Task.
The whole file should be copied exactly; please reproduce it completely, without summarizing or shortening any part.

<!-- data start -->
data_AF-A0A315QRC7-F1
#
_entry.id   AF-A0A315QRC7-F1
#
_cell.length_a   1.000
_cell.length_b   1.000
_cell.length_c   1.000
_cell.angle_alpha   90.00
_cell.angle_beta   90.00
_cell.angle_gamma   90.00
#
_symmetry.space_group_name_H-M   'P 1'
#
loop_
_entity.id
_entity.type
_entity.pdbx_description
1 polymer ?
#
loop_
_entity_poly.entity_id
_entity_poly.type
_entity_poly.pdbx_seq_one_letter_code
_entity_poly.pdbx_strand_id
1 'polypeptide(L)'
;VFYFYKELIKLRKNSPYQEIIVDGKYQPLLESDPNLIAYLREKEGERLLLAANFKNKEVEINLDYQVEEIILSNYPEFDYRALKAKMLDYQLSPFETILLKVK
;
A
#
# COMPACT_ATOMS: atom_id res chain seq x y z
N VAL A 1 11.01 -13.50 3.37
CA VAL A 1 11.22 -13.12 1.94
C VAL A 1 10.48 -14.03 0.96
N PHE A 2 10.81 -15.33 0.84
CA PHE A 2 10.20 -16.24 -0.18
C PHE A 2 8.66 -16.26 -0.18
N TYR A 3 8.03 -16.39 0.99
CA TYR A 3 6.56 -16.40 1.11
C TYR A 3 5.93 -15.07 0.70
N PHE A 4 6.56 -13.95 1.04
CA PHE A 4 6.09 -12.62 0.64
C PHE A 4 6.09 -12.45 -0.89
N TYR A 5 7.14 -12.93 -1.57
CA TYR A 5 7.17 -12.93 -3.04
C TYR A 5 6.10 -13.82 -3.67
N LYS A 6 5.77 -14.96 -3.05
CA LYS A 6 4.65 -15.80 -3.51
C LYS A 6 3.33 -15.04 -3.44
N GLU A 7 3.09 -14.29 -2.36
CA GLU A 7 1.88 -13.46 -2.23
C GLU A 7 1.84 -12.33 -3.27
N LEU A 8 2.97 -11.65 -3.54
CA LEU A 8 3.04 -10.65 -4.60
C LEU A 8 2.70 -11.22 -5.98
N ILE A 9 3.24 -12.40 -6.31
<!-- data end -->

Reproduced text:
data_AF-A0A315QRC7-F1
#
_entry.id   AF-A0A315QRC7-F1
#
_cell.length_a   1.000
_cell.length_b   1.000
_cell.length_c   1.000
_cell.angle_alpha   90.00
_cell.angle_beta   90.00
_cell.angle_gamma   90.00
#
_symmetry.space_group_name_H-M   'P 1'
#
loop_
_entity.id
_entity.type
_entity.pdbx_description
1 polymer ?
#
loop_
_entity_poly.entity_id
_entity_poly.type
_entity_poly.pdbx_seq_one_letter_code
_entity_poly.pdbx_strand_id
1 'polypeptide(L)'
;VFYFYKELIKLRKNSPYQEIIVDGKYQPLLESDPNLIAYLREKEGERLLLAANFKNKEVEINLDYQVEEIILSNYPEFDYRALKAKMLDYQLSPFETILLKVK
;
A
#
# COMPACT_ATOMS: atom_id res chain seq x y z
N VAL A 1 11.01 -13.50 3.37
CA VAL A 1 11.22 -13.12 1.94
C VAL A 1 10.48 -14.03 0.96
N PHE A 2 10.81 -15.33 0.84
CA PHE A 2 10.20 -16.24 -0.18
C PHE A 2 8.66 -16.26 -0.18
N TYR A 3 8.03 -16.39 0.99
CA TYR A 3 6.56 -16.40 1.11
C TYR A 3 5.93 -15.07 0.70
N PHE A 4 6.56 -13.95 1.04
CA PHE A 4 6.09 -12.62 0.64
C PHE A 4 6.09 -12.45 -0.89
N TYR A 5 7.14 -12.93 -1.57
CA TYR A 5 7.17 -12.93 -3.04
C TYR A 5 6.10 -13.82 -3.67
N LYS A 6 5.77 -14.96 -3.05
CA LYS A 6 4.65 -15.80 -3.51
C LYS A 6 3.33 -15.04 -3.44
N GLU A 7 3.09 -14.29 -2.36
CA GLU A 7 1.88 -13.46 -2.23
C GLU A 7 1.84 -12.33 -3.27
N LEU A 8 2.97 -11.65 -3.54
CA LEU A 8 3.04 -10.65 -4.60
C LEU A 8 2.70 -11.22 -5.98
N ILE A 9 3.24 -12.40 -6.31